Thursday, January 19, 2012

Hi everybody! I am so excited, this is my first book giveaway! I am offering two copies of The Discovery of Jeanne Baret as a giveaway. To win your copy you must:

1) Be a Follower of TexasBookLover,
2) Leave a comment here, and
3) Share this contest on facebook

The contest will last for one week, January 20-27, and then I will choose the winners at random. 


The Discovery of Jeanne Baret

A Story of Science, the High Seas, and the First Woman to Circumnavigate the Globe
By Glynis Ridley
Crown Publishing Group, Random House 291 pgs
Submitted by Random House
Rating: 4 - Read This Book!

Jeanne Baret was an 18th century woman, lover, wife, mother, herb woman, botanist, sailor, adventurer, administrator and sometime cross-dresser. Think about that for a minute. Baret was born a French peasant in 1740, a woman who typically would never travel more than 20 miles from the parish of her birth. A country woman at a time when she would have been chattel, she boarded a ship in 1766 with her lover, the imminent naturalist Philibert de Commerson, and sailed around the world, collecting flora and fauna for the glory of the French Empire. Awesome.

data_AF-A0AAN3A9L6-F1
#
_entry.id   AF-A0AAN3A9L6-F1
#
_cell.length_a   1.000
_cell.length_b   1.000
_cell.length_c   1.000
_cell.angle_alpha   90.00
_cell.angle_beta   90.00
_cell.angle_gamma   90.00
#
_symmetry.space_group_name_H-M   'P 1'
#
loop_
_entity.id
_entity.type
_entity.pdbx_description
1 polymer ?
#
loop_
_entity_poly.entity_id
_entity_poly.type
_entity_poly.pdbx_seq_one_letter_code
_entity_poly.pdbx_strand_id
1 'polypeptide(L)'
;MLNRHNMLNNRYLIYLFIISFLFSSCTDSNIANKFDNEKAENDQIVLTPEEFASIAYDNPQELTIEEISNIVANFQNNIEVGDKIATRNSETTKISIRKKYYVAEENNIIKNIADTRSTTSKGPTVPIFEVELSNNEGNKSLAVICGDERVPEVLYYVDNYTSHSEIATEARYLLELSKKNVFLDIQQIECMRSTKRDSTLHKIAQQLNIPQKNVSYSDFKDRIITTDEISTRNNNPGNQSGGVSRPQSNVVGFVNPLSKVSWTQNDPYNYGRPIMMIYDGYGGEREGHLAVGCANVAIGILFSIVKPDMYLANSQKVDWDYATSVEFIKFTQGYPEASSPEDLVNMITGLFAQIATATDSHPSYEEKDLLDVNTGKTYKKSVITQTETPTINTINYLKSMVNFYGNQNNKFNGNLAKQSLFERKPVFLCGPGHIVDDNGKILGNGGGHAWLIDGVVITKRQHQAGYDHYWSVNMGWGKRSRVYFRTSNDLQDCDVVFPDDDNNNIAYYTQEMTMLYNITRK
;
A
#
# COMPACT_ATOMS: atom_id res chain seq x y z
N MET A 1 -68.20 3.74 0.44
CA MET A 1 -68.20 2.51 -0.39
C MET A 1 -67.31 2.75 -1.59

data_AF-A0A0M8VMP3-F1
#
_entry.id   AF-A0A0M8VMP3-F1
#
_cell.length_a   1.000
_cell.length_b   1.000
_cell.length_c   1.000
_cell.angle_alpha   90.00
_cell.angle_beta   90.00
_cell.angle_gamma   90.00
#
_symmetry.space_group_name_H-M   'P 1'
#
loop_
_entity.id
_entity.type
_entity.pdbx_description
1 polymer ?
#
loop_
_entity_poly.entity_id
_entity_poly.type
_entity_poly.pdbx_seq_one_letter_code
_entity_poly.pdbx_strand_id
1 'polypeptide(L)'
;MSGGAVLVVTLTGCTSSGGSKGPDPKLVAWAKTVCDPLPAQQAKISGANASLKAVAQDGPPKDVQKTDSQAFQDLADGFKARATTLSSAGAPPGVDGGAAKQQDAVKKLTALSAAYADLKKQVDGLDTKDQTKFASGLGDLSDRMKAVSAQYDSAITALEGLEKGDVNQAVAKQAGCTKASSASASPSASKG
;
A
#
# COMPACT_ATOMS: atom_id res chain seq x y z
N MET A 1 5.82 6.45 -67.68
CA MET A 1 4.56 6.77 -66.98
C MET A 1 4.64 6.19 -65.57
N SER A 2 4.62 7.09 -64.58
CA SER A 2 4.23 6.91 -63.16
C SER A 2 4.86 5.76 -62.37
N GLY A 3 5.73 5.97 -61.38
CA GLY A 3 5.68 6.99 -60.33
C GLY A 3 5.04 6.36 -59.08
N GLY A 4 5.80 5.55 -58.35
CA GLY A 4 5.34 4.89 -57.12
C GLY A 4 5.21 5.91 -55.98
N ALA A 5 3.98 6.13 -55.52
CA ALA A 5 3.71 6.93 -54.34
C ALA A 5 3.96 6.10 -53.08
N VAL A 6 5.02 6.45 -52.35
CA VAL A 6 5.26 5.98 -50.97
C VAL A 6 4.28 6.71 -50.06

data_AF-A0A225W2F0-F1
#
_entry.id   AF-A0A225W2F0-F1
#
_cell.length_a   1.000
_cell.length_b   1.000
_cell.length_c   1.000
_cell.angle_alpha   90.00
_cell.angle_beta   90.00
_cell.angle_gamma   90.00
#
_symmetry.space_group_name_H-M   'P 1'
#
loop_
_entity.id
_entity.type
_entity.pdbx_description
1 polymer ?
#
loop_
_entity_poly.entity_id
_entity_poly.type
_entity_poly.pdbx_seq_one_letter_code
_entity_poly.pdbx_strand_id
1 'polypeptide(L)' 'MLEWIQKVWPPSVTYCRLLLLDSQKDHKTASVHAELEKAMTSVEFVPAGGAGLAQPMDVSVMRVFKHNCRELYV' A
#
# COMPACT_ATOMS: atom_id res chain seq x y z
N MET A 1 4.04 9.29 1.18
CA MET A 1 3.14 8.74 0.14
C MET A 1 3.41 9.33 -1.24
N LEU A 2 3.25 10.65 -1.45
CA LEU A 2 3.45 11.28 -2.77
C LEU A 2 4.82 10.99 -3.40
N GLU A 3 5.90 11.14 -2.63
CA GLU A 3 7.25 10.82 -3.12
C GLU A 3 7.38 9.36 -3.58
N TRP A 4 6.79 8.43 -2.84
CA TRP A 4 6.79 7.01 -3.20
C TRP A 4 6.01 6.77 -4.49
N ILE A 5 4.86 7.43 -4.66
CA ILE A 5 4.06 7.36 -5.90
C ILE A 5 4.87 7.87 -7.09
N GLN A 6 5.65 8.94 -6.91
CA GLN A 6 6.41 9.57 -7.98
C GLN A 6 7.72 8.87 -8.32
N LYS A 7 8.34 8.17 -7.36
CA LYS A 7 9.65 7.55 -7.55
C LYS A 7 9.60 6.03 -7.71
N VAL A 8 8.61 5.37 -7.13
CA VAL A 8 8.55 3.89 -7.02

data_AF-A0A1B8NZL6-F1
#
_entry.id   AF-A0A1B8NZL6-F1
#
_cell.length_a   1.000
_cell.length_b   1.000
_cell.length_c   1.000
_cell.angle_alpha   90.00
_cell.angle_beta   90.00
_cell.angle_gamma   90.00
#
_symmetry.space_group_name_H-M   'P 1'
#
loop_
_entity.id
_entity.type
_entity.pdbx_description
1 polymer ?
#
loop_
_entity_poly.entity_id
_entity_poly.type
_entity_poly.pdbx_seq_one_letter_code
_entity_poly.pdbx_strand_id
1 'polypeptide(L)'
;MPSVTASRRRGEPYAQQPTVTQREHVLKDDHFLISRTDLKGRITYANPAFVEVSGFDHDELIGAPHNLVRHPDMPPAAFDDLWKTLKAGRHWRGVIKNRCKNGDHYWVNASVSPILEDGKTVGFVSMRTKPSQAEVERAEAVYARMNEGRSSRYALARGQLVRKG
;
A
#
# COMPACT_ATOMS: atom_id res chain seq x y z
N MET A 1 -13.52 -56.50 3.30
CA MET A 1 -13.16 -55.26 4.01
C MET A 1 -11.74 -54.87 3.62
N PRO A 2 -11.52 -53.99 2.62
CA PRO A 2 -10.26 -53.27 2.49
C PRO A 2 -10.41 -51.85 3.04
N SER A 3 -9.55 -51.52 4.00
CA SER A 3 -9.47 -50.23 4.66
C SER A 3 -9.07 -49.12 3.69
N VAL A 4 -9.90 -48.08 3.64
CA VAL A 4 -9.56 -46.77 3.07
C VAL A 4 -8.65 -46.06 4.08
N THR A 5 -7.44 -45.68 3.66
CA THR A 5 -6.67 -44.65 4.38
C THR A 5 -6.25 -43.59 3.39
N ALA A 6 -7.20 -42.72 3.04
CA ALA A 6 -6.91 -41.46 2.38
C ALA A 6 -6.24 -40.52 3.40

Jeanne Baret was born in the Loire valley in 1740 to an illiterate couple, as 80% of the population at that time were, who rose before the sun and worked hard all day. The average life expectancy was 26. Philibert de Commerson was born near the city of Lyon in 1727 to a prosperous lawyer and estate owner. Much to his father's displeasure Commerson was consumed with a fascination for botany and made it his life's work, traveling across Europe collecting. At some point during the early 1760s Baret and Commerson became acquainted and the naturalist began paying the herb woman to teach him everything she knew. They became lovers during this time and he moved her in as housekeeper. Tongues wagged and soon the couple decamped to an apartment in Paris. Imagine again what this experience must have been like for Jeanne Baret. She had gone from dirt floors, no shoes, no heat in winter and no meat to eat, to a lovely apartment in a beautiful, cosmopolitan city in Enlightenment France, with plenty to eat, no privations. How far she had come!